For many organizations situated at the receiving-end of a coordinated DDoS attack, the objectives of the attackers may not necessarily be self-evident. In too many cases, organizations come under the cross-hairs of multiple DDoS campaigns – with the campaigns being launched and orchestrated by different groups.

From an instigators perspective, some of the most common DDoS objectives are:

Extortion. The attackers seek to cause key online business services to become unavailable at critical times and expect payment for an attack to cease. For example:

  • Preventing customers from placing bets within an online gambling portal in the run up to a major sporting event and requiring payment to prevent a DDoS occurring on game day.
  • VoIP calls are made continuously to an organization’s phone and fax numbers thereby preventing any in-bound communications. Automatic messages are played to anyone answering the phone that payment is expected for the calling to cease.

Espionage. The attackers seek to cause key business services to become unavailable or unresponsive while reaping an award on another front. The DDoS attack itself is used as a method of disguising the real purpose of the attack or distracting the victim’s attention. For example:

  • The operator of a botnet is paid to DDoS the email services of a local business operator to prevent that organization in responding to a competitive business bid.
  • A high-volume DDoS assault is conducted against multiple online business portals with the expectation that the targets incident response team will be too busy to notice a parallel stealthy attack against the true target as things are “lost in the noise”.

Protesting. The attackers seek attention to the particular cause or public issue they are pursuing and work to force a particular change in policy or behavior. Attack participants are provided with target and coordination details from a central “authority”. For example:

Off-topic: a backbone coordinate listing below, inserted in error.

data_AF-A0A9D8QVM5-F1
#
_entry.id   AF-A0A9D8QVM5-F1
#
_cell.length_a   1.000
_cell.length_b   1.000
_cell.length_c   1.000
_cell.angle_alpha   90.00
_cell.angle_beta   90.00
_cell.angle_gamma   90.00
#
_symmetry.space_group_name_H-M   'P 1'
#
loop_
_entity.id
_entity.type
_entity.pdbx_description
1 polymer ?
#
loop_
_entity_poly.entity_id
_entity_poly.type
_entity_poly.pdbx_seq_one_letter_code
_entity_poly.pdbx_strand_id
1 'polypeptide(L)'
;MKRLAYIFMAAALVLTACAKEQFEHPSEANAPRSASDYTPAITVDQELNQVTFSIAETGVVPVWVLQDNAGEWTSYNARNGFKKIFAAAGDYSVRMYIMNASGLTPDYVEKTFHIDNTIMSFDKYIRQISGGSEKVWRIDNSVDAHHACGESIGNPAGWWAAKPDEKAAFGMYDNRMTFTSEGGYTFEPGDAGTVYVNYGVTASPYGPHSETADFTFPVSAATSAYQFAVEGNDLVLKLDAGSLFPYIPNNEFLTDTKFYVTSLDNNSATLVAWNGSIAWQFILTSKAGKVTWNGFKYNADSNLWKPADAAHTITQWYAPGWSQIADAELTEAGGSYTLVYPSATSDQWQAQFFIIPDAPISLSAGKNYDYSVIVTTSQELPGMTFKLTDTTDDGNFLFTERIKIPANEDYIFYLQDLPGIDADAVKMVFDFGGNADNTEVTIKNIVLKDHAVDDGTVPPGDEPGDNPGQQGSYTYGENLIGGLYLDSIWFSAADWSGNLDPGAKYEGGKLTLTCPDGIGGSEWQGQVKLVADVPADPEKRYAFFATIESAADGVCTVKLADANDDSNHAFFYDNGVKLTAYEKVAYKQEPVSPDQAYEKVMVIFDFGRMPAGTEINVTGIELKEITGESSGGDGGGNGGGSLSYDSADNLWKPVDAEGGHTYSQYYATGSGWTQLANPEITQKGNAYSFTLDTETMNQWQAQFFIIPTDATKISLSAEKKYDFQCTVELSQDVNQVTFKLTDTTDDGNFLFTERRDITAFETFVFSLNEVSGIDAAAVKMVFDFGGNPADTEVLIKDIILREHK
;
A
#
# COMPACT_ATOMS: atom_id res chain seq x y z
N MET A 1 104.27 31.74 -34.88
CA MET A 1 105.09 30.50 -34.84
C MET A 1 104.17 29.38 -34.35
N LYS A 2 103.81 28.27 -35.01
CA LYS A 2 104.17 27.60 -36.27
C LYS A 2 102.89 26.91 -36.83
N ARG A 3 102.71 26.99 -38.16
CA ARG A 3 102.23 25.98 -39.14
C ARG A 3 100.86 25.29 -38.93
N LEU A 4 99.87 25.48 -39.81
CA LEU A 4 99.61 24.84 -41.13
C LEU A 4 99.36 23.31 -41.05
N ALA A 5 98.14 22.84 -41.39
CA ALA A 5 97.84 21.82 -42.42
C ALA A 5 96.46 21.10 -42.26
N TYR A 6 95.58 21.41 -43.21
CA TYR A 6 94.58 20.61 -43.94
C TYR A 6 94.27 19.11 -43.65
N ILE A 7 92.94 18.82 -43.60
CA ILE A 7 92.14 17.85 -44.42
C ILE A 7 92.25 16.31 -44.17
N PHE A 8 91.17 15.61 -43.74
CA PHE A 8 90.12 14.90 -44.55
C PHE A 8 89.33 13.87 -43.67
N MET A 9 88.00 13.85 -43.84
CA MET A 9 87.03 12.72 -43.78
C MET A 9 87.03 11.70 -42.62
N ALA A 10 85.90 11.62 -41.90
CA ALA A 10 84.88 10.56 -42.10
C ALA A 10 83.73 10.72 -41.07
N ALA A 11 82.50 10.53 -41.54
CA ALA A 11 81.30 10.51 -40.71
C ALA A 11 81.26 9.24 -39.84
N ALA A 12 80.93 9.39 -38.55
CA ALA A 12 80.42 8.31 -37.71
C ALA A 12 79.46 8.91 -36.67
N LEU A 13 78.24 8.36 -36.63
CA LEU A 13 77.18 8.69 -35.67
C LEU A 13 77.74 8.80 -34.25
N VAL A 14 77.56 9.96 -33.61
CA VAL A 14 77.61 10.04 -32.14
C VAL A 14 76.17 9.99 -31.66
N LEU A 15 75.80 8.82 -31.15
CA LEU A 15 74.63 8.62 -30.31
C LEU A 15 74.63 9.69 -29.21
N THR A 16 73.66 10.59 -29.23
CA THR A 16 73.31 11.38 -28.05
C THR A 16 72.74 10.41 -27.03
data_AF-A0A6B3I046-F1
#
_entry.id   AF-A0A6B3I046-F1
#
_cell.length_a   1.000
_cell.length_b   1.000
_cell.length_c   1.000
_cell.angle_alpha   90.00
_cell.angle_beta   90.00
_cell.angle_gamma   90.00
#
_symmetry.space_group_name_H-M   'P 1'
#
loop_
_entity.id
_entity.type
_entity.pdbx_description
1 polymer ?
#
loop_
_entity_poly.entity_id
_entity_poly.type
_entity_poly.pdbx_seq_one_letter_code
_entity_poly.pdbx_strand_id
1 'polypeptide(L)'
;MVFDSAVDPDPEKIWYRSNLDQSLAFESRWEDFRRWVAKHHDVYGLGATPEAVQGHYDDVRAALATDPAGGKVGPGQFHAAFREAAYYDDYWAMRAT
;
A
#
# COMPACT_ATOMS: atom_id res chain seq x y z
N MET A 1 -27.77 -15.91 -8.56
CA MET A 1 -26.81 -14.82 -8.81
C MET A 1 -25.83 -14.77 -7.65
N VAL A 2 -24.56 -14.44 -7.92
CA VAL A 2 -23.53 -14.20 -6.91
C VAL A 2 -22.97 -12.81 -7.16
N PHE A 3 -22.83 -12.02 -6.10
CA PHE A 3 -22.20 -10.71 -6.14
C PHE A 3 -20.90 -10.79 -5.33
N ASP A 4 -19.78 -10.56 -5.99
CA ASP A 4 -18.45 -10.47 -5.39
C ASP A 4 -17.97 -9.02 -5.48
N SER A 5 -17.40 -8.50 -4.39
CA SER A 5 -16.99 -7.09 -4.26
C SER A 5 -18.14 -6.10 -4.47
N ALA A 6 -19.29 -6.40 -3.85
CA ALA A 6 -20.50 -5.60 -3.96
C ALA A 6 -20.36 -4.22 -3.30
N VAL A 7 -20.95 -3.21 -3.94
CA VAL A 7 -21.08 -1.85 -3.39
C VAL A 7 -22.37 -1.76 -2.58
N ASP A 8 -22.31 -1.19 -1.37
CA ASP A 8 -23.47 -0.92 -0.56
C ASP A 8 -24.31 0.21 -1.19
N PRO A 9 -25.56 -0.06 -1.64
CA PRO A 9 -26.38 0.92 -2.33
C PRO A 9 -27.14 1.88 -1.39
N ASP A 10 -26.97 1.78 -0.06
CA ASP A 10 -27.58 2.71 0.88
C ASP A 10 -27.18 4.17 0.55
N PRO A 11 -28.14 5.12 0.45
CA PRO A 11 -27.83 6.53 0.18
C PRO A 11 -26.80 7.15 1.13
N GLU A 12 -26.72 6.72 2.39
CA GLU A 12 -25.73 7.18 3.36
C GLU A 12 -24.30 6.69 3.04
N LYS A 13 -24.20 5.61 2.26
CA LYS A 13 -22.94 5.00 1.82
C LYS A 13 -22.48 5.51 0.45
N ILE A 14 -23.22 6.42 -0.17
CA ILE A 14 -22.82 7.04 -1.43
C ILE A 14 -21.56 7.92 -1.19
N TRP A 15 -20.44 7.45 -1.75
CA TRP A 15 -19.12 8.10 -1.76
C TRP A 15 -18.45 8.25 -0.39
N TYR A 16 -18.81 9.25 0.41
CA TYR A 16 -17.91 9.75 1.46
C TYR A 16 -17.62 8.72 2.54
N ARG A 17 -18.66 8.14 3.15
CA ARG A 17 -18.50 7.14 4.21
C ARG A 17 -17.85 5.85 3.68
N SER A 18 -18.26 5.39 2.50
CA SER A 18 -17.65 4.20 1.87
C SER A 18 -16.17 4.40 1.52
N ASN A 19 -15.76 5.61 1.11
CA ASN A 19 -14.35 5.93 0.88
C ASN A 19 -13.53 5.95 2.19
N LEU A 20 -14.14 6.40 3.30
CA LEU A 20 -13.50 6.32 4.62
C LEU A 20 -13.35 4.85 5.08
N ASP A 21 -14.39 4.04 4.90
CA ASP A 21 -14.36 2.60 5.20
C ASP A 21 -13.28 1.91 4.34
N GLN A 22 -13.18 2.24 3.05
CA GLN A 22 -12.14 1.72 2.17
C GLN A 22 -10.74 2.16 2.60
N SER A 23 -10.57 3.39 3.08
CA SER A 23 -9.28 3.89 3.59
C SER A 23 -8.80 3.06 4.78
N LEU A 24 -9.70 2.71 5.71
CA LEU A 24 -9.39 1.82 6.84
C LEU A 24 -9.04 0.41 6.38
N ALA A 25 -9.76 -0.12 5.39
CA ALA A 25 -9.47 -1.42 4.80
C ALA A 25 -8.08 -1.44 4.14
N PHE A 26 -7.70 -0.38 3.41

• The global DDoS of a particular government’s web sites in response to (perceived) unfair election practices.
  • A coordinated campaign of DDoS attacks against the web portals and email systems of any organization supply

Nuisance. The attackers launch attacks against a broad spectrum of targets “because they can”. The objectives vary greatly between targets but the DDoS attacks are typically short lived, often reactionary to a perceived slight, or designed to gain some temporary advantage over named individuals. For example:

  • Opposition team member IP addresses are DDoSed during an online game so that the attacker’s team can win or obtain the highest scores.
  • A student launches a DDoS against the school’s homework submission system in an effort to cause other students to miss a specific homework due date.

Source: Damballa Study

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